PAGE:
EPA Adds Brooklyn’s Gowanus Canal to National Superfund List of Hazardous Waste Sites
Agency will pursue polluters to pay for comprehensive cleanup
The U.S. Environmental Protection Agency (EPA) announced that it has officially placed the Gowanus Canal in Brooklyn, N.Y., on its Superfund National Priorities List of the country’s most hazardous waste sites. Since EPA proposed the listing in April 2009, agency officials have met with government and elected officials, business representatives, representatives of civic organizations and community members, and reviewed more than 1,300 comments received on its proposal to list the site. The agency has determined that adding the site to the Superfund list is the best way to clean up the heavily contaminated canal.
“After conducting our own evaluations and consulting extensively with the many people who have expressed interest in the future of the Gowanus Canal and the surrounding area, we have determined that a Superfund designation is the best path to a cleanup of this heavily contaminated and long neglected urban waterway,” said Judith Enck, regional administrator. “We plan to continue our work with the same spirit of inclusion and involvement that has already been demonstrated, and thank everyone for their focus on this pollution problem.”
The canal was built in the 19th century to allow industrial access into Gowanus Bay. After its completion in the 1860s, the canal became a busy industrial waterway, home to heavy industries, including manufactured gas plants, coal yards, concrete mixing facilities, tanneries, chemical plants and oil refineries. It also received untreated industrial wastes, raw sewage and runoff.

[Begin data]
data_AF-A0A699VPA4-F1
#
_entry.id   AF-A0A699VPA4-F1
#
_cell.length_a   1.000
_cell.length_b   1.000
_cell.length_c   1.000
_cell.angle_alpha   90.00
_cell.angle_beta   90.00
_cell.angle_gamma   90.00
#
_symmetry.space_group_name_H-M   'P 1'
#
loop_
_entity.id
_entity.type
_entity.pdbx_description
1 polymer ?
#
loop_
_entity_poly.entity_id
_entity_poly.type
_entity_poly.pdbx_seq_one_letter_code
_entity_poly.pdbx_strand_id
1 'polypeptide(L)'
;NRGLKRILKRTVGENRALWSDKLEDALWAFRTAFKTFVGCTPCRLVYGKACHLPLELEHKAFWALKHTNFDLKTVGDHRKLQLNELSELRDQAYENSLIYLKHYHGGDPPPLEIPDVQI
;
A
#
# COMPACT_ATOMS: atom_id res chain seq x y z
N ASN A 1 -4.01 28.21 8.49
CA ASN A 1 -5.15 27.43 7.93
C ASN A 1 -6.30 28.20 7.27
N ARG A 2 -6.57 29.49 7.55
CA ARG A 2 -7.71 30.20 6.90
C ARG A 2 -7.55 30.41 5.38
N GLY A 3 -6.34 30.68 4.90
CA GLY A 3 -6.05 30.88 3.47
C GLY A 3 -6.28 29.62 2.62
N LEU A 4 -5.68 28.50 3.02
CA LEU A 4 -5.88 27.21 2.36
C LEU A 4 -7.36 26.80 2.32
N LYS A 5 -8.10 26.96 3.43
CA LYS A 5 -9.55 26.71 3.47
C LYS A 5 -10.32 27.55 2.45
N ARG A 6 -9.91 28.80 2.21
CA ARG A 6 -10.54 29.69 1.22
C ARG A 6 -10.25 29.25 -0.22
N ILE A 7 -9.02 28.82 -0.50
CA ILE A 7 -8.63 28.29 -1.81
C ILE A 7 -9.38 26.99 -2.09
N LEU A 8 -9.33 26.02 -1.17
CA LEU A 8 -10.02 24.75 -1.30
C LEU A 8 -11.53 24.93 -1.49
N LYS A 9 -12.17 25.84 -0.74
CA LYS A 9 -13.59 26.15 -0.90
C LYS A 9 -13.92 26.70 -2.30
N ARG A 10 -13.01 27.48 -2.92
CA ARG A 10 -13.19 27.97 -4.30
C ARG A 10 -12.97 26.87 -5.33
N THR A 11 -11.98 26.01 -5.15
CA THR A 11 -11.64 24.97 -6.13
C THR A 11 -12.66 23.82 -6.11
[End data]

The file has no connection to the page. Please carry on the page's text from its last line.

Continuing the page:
Although most of the industrial activity along the canal has stopped, high contaminant levels remain in the waterway’s sediment. The contamination affects the 1.8-mile length of the 100-ft-wide canal. Environmental sampling has revealed that the sediment in the Gowanus Canal is contaminated with a variety of pollutants, including polycyclic aromatic hydrocarbons, heavy metals, pesticides, polychlorinated biphenyls (PCBs), metals and volatile organic contaminants. The adjacent waterfront is primarily commercial and industrial, and includes concrete plants, warehouses and parking lots, with proposed residential housing. The canal is also surrounded by residential neighborhoods. The waterway is still used for commercial as well as recreational purposes, and a public fishing area just downstream of the canal in Gowanus Bay is fished on a regular basis by local residents.
In January 2010, EPA completed a study of variations in depth for the entire length of the canal. During that same period, the agency began sampling to characterize the contamination in the deep sediment of the canal. This sampling continues, and the agency will soon begin sampling the surface of the sediment, the water in the canal and the air along the banks to provide information needed to complete an ecological and human health risk assessment. EPA has also identified locations where wells can be installed to monitor water under the ground near the canal. These wells will be used to locate the sources and any influence of contaminated groundwater on the Gowanus Canal. The agency plans to install the wells in early summer 2010.
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